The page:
Named after his daughter, the Mira series by George Nakashima (1905–90) embodies the American designer’s formal training in woodwork as well as his worldly travels. A child of Japanese immigrants, Nakashima studied architecture at the University of Washington and Massachusetts Institute of Technology. Afterward, he worked in Paris and Japan and consulted on a private dormitory residence in India before returning to the United States. While Nakashima and his family — his wife and six-month-old daughter Mira — were forced into an internment camp in Idaho during World War II, he apprenticed to Japanese master wood-carver Gentaro Hikogawa.
Nakashima set up his own woodworking practice in Pennsylvania in 1943 after his family was freed. There, he created his revered solid wood pieces, including the Mira chair and Mira four-legged high chair.
Minimalist Shaker-style craftsmanship as well as the uncomplicated shapes and pure materials that characterize traditional Scandinavian design served as major influences in the Mira series. The simple walnut Mira chair — a three-legged chair with a heart-shaped seat and spindle back created around 1950 — gave way to a taller subsequent piece with a rounded seat, the Mira four-legged high chair. A 1960s-era three-legged variation of the latter saw the addition of a footstool. When the master woodworker died in 1990, Mira Nakashima hadn’t intended to take over the family business, but she did and continues the family legacy today while also creating her own celebrated designs.
A master woodworker and M.I.T.-trained architect, George Nakashima was the leading light of the American Studio furniture movement. Along with Wharton Esherick, Sam Maloof, and Wendell Castle, Nakashima was an artisan who disdained industrial methods and materials in favor of a personal, craft-based approach to the design. What sets Nakashima apart is the poetic style of his work, his reverence for wood and the belief that his furniture could evince — as he put it in the title of his 1981 memoir — “The Soul of a Tree.”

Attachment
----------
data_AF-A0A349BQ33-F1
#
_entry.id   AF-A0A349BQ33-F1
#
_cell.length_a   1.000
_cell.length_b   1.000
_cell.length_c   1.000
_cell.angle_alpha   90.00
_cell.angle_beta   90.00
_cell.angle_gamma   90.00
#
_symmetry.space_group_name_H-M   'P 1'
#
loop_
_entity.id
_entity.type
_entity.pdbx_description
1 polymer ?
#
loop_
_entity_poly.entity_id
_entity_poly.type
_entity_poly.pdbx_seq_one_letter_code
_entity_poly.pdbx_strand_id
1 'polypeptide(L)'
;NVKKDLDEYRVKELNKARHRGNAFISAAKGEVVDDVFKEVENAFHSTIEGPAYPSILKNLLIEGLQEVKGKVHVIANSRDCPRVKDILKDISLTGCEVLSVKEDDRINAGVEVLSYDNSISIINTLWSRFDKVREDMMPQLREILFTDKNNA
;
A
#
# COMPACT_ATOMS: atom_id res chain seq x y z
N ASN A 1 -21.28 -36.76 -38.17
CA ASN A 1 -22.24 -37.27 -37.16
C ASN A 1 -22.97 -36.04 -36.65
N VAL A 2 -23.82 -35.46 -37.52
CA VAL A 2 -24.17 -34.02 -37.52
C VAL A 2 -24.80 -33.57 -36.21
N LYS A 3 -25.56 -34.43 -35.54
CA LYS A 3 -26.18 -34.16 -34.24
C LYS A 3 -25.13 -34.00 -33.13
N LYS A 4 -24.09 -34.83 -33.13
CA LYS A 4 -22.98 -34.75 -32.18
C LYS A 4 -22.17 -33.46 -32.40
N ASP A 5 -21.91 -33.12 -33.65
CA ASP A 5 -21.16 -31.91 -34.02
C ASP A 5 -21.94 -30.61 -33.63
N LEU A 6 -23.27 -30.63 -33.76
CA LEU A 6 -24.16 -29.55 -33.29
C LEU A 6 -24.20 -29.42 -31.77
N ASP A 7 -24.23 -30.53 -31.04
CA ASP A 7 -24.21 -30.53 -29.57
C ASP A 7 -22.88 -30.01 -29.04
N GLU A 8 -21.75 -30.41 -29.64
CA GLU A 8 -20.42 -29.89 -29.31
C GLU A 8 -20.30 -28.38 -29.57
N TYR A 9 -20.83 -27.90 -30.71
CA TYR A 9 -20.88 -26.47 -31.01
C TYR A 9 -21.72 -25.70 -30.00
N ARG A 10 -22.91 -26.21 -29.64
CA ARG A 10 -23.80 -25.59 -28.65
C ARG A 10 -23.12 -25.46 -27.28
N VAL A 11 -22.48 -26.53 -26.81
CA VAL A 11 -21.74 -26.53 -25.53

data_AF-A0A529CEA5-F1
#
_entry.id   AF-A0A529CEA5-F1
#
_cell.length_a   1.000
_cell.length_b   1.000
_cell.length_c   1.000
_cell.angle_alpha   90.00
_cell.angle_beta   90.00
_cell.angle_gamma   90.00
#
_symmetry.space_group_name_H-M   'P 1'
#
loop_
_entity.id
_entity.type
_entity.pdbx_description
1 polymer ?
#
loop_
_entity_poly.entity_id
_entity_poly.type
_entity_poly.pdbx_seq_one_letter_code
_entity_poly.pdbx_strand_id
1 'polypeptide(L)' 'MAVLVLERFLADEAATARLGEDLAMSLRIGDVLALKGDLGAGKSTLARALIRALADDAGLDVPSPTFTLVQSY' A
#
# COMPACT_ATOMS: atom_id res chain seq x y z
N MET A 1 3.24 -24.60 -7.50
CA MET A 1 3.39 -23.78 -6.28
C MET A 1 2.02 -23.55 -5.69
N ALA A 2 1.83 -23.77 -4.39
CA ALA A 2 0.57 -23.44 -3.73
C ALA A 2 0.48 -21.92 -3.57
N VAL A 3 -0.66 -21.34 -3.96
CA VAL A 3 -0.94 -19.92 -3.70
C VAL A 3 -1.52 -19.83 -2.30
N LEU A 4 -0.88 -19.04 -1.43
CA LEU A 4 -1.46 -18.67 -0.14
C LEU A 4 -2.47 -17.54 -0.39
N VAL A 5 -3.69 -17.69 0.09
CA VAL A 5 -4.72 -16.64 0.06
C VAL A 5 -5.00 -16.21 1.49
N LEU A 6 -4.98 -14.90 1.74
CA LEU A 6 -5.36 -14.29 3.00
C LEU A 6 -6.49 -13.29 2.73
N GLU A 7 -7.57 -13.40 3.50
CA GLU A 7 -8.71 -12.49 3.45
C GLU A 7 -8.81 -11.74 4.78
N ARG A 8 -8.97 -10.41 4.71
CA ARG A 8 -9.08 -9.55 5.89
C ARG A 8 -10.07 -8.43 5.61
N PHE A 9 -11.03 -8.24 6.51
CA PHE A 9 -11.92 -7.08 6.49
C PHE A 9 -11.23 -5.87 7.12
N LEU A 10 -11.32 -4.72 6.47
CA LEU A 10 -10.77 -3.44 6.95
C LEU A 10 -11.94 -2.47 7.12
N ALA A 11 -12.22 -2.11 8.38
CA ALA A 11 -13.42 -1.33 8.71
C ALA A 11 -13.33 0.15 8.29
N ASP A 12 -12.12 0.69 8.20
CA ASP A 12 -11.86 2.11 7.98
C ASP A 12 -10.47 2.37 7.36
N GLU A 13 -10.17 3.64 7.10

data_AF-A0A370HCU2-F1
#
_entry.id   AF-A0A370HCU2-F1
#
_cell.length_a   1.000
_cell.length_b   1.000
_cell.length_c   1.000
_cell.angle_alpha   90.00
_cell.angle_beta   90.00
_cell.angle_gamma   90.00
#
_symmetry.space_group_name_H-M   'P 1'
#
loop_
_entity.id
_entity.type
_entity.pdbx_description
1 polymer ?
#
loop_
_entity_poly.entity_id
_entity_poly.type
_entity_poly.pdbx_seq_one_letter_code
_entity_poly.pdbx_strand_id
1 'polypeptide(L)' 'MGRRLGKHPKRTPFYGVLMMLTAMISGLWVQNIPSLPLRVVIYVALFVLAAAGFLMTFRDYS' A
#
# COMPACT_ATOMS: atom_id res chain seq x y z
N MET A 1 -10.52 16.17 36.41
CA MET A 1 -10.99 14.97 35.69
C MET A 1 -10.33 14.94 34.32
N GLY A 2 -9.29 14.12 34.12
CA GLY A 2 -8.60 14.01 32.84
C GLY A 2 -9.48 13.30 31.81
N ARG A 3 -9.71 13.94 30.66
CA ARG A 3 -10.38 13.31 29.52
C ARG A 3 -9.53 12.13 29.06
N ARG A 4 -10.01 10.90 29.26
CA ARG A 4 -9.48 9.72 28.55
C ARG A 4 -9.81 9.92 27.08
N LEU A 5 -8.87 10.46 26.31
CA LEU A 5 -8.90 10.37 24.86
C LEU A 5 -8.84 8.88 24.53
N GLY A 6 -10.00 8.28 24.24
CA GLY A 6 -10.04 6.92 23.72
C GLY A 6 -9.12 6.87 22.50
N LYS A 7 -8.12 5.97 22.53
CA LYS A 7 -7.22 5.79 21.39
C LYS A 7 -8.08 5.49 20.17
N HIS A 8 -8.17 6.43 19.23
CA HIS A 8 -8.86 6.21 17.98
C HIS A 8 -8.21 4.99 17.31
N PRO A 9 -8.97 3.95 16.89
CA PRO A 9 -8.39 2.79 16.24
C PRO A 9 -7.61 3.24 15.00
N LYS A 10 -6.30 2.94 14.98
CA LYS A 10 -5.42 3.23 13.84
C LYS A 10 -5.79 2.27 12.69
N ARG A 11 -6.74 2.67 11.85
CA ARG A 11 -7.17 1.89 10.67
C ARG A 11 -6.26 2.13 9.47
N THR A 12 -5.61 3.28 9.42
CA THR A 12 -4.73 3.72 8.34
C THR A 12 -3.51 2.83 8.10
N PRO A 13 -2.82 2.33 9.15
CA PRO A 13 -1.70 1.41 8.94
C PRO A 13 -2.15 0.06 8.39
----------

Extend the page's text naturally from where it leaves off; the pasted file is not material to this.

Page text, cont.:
Born in Spokane, Washington, to Japanese immigrants, Nakashima traveled widely after college, working and studying in Paris, Japan and India, and at every stop he absorbed both modernist and traditional design influences. The turning point in Nakashima’s career development came in the United States in 1942, when he was placed in an internment camp for Asian-Americans in Idaho. There, Nakashima met a master woodcarver who tutored him in Japanese crafting techniques. A former employer won Nakashima’s release and brought him to bucolic New Hope, Pennsylvania, where Nakashima set up a studio and worked for the rest of his life.
Nakashima’s singular aesthetic is best captured in his custom-made tables and benches — pieces that show off the grain, burls and whorls in a plank of wood. He left the “free edge,” or natural contour, of the slab un-planed, and reinforced fissures in the wood with “butterfly” joints. Almost all Nakashima seating pieces have smooth, milled edges. Nakashima also contracted with large-scale manufacturers to produce carefully supervised editions of his designs. Knoll has offered his “Straight Chair” — a modern take on the spindle-backed Windsor chair — since 1946; the now-defunct firm Widdicomb-Mueller issued the Shaker-inspired “Origins” collection in the 1950s.
Nelson Rockefeller in 1973 gave Nakashima his single largest commission: a 200-piece suite for his suburban New York estate. Today, Nakashima furniture is collected by both the staid and the fashionable: his work sits in the collections of the Philadelphia Museum of Art, New York’s Metropolitan Museum of Art and the Smithsonian Institution, as well as in the homes of Stephen Spielberg, Brad Pitt, Diane von Furstenberg and the late Steve Jobs.